Copies of an obscene letter attacking Audrey Moore (D-Annandale) have been received by some contributors to her campaign against incumbent John F. Herrity for the chairmanship of the Fairfax County Board of Supervisors.
The letters, one of which is dated June 8 and postmarked in Richmond, begin with "Dear Audrey" and end with "Sincerely, Jack Herrity." The letters, which have crude language and extreme sexual content, are signed with an 'X.'
"Obviously, it's someone who doesn't like me or Ms. Moore," said Herrity, who agreed with Moore yesterday to ask the county's prosecutor and federal postal officials to investigate. "I think it's probably somebody who's mentally unbalanced. All I can say is whoever put this together is not in control of his faculties."
"It's incredible, isn't it?" Janice C. Spector, Moore's spokeswoman, said of the letter. "Unless you've read it, you don't understand."
Fairfax Commonwealth's Attorney Robert F. Horan Jr. said he was contacted by Moore's office yesterday and would investigate the matter. Horan said he had not yet seen the letter and could not speculate on what state laws, if any, it may violate.
The letters appear to have been sent only to some of those people who contributed more than $100 to Moore's campaign, according to her office. Spector said Moore's office had received about five calls from people who had received them.
Candidates must disclose to the Electoral Board the names and addresses of anyone who contributes more than $100 to their campaigns, according to Jane Vitray, secretary of the board. Vitray said "a lot" of people ask to see the lists, but they must first sign a Freedom of Information Act request form or a receipt.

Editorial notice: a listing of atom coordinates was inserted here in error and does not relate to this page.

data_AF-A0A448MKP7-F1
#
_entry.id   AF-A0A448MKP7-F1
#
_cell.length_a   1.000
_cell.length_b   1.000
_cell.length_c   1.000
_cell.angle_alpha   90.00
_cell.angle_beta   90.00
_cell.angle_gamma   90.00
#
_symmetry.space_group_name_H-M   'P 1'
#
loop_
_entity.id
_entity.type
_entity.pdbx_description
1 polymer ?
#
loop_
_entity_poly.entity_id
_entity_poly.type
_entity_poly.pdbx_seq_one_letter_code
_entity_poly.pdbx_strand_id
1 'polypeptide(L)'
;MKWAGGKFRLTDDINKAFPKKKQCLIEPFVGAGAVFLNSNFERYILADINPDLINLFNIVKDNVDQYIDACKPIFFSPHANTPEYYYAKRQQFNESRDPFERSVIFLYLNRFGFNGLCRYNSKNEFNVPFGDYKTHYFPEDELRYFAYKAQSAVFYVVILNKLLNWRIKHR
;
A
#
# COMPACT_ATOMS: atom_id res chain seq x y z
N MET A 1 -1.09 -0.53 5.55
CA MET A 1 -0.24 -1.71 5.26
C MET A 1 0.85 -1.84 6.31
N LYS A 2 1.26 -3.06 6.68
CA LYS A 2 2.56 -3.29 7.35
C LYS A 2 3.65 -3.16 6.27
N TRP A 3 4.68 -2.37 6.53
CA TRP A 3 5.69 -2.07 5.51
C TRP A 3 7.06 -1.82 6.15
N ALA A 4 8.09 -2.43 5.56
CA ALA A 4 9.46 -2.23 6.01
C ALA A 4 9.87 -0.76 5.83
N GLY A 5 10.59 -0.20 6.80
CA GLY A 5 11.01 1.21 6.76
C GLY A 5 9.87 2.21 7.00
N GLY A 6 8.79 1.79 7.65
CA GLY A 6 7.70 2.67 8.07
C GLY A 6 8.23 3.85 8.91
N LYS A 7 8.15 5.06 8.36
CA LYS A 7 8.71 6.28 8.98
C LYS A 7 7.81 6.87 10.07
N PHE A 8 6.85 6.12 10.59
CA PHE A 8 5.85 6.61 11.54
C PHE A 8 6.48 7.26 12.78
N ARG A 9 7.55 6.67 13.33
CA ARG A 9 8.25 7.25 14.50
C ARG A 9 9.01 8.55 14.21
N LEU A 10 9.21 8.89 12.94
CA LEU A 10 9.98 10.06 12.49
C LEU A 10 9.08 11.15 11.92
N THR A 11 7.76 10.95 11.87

Lois Sharpe, a longtime resident of Falls Church, contributed $500 to Moore's campaign, according to Moore's latest list of contributions and expenditures.
"Well, I've never seen anything like this," Sharpe exclaimed, after checking her mail and finding the letter. "Well, nobody's going to believe it, but isn't it awful? A sick mind. Oh, my heavens . . . . "
Gary E. Shoemaker of Annandale also received a copy of the letter. He said his wife Cathy "just couldn't believe her eyes." Shoemaker, who has lived in Annandale for three years, said whoever sent the letter "obviously got our name from the contribution list."
While Sharpe said the letter would not affect her future contributions, Shoemaker said their $250 contribution may be their last.
"We didn't realize anything over $100 is public knowledge, so we might keep it at $99," said Shoemaker, a national account manager for the Amdahl Corp. "It's not Audrey's fault, but you hate to see your contribution cause something like this."